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I would like to do this, but in Matlab with a graph (it is not a directed graph): https://stackoverflow.com/questions/18393842/k-th-order-neighbors-in-graph-python-networkx

I have a graph in which I want to efficiently find a list of all K-th order neighbors of a node (j). K-th order neighbors are defined as all nodes which can be reached from the node in question in exactly K hops.

For example,

s = [1 1 1 1 2 2 2 2 2 8 8 12 6];

t = [3 5 4 2 6 10 7 9 8 11 12 13 7];

G = graph(s,t);

plot(G)

If j=1, I want to get :

for k=1

[2 3 4 5]

for k=2

[6 7 8 9 10]

for k=3

[11 12]

k=4

[13]

k=5

empthy

Matt J
on 24 Jul 2020

Edited: Matt J
on 25 Jul 2020

function result=distk(G,i,k)

% G -graph

% i - start node

% k - number of steps

A=adjacency(G);

v=A(i,:);

prior=false(size(v)); prior(i)=true;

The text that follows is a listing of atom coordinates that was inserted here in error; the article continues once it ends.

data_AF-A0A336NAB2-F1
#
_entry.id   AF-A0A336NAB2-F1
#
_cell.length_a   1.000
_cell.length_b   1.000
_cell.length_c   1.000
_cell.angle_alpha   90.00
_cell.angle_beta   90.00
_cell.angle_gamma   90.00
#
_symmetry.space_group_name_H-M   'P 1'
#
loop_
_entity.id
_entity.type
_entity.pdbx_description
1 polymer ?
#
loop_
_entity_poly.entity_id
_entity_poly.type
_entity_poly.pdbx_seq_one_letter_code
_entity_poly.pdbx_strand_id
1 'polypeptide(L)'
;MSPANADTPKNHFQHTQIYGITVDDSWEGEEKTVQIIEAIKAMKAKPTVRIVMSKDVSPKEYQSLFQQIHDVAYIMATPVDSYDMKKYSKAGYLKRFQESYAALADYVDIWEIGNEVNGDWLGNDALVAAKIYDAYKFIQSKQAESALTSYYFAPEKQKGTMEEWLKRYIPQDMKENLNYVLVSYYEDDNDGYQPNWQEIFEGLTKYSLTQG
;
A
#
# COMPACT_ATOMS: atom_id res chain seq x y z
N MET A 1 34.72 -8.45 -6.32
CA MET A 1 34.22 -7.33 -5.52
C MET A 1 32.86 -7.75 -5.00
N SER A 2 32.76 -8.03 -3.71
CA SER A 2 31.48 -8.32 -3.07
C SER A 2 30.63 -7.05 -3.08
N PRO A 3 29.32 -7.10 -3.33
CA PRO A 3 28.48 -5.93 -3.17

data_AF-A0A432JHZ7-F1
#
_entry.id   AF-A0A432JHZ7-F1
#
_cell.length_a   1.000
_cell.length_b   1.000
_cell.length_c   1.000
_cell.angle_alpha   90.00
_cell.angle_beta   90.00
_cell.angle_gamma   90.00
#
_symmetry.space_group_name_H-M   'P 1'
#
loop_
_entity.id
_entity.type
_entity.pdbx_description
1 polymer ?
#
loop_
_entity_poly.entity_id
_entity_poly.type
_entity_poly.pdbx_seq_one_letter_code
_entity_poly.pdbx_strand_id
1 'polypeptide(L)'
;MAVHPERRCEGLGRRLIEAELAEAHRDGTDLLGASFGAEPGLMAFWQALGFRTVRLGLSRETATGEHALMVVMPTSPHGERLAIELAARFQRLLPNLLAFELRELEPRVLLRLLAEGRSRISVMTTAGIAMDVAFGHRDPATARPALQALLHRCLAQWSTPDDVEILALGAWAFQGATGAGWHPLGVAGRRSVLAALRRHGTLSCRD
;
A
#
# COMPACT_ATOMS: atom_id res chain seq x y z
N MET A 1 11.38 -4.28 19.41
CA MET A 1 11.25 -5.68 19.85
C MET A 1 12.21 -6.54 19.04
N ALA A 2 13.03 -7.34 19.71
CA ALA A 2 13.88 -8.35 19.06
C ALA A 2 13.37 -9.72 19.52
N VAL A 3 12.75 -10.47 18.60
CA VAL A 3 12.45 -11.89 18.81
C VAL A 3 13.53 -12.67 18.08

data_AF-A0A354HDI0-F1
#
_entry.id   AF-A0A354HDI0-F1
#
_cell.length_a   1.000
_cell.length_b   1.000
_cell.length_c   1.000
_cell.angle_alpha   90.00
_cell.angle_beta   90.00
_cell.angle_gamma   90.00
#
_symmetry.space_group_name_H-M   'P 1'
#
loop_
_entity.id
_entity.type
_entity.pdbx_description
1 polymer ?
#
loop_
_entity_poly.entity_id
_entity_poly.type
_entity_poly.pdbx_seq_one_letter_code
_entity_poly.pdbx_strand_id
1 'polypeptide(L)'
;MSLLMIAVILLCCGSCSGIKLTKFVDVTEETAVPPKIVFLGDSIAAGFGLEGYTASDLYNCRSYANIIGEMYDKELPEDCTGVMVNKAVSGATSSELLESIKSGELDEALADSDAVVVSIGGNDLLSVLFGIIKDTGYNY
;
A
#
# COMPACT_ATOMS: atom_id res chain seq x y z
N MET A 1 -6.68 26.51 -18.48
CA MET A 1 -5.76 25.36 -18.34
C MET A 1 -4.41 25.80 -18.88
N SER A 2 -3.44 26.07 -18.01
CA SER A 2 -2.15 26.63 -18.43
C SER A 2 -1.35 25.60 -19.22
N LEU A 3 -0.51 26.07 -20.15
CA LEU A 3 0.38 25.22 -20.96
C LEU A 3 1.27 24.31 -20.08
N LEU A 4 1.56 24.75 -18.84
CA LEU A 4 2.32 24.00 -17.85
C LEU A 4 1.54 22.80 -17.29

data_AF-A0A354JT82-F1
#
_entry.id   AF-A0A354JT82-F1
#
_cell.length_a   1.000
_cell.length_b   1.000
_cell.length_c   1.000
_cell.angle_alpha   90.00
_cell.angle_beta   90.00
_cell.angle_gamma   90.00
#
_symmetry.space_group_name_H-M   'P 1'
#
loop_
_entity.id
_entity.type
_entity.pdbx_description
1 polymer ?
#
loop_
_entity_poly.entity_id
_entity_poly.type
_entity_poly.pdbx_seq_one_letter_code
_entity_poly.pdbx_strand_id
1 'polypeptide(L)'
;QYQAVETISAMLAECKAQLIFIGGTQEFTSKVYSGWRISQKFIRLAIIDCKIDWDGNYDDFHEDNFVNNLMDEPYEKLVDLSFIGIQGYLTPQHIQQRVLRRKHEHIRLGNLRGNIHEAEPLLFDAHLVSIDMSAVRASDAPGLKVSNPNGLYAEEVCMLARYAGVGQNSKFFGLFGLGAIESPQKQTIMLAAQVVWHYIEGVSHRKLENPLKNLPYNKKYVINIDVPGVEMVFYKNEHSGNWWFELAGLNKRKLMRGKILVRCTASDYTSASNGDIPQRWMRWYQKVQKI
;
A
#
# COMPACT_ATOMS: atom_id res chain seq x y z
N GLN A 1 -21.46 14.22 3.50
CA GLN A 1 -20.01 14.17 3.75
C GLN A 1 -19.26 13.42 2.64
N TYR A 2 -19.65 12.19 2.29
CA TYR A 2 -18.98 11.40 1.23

for n=1:k-1

prior=prior|v;

v=v*A;

end

result = find(v&~prior);

end

Bruno Luong
on 29 Jul 2020

"A drawback of Bruno's approach that I see is that its use of distances() will compute all distances, even those greater than the particular k of interest."

I just did some benchmark, and Matlab graph distances seems to be pretty fast and beat all even for small k and large n. Let alone the case where k is large.

If that is matter at all.

Bruno Luong
on 29 Jul 2020

Here is my benchmark code, feel free to play with it.

function BenchGNeighbor

start = 1; % starting node

% Graph corresponds to the 2D square grid of size 1000 x 1000

[X,Y] = ndgrid(1:1000);

n = numel(X);

I = sub2ind(size(X),X(1:end-1,:),Y(1:end-1,:));

J = I+1;

A = sparse(I,J,1,n,n);

I = sub2ind(size(X),X(:,1:end-1),Y(:,1:end-1));

J = I+size(X,1);

A = A + sparse(I,J,1,n,n);

A = A + A';

G = graph(A);

k = 100; %size(X,1);

% clean memory

clear X Y I J

k = min(k,size(A,1));

%% Matlab graph distances method

tic

d = distances(G, start);

rMatlab = find(d==k);

tMatlab = toc;

%% Bruno's algorithm

tic

n = size(A,1);

% initialize distance matrix

notdone = true(n,1);

i = start;

for q=1:k

notdone(i) = false;

[i,~] = find(A(:,i));

if isempty(i)

break

end

i = unique(i);

i = i(notdone(i));

end

rBruno = reshape(i,1,[]);